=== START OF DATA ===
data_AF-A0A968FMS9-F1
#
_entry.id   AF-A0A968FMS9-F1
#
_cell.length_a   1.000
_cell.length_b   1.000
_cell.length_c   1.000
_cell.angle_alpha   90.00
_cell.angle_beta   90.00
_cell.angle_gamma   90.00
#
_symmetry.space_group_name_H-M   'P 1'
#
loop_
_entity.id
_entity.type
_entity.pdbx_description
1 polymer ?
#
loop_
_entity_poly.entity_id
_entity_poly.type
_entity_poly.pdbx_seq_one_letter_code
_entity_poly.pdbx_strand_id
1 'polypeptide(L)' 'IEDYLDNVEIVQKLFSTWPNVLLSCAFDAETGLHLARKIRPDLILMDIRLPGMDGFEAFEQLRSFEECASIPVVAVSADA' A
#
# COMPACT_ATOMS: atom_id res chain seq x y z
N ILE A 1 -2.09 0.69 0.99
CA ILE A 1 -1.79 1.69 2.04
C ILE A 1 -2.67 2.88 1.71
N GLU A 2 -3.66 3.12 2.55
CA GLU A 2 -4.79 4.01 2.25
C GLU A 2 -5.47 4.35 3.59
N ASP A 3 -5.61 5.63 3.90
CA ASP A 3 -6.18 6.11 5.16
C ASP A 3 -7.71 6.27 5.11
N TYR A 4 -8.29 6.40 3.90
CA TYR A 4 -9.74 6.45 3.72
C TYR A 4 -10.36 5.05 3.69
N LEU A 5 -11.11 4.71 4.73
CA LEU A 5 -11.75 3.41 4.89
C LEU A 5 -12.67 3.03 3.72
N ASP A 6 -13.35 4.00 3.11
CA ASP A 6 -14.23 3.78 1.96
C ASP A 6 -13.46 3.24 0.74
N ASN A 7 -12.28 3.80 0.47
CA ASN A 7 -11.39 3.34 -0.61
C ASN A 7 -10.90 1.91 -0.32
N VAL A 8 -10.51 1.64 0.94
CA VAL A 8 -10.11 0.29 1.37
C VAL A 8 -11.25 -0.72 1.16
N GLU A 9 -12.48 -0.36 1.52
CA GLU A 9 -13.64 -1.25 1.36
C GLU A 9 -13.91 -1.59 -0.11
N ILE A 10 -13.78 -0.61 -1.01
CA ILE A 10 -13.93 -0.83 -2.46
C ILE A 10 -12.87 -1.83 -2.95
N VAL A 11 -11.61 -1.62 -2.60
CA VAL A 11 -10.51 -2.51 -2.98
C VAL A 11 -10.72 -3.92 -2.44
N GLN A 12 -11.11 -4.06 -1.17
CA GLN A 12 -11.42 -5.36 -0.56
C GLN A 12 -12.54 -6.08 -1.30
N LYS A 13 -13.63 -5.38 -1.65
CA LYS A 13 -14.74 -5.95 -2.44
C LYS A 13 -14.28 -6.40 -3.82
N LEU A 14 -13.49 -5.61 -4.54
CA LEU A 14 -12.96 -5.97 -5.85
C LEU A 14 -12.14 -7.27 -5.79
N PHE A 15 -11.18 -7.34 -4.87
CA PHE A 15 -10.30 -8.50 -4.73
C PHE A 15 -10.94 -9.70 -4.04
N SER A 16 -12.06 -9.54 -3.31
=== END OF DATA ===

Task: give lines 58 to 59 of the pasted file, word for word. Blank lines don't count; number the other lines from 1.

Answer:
N VAL A 11 -11.61 -1.62 -2.60
CA VAL A 11 -10.51 -2.51 -2.98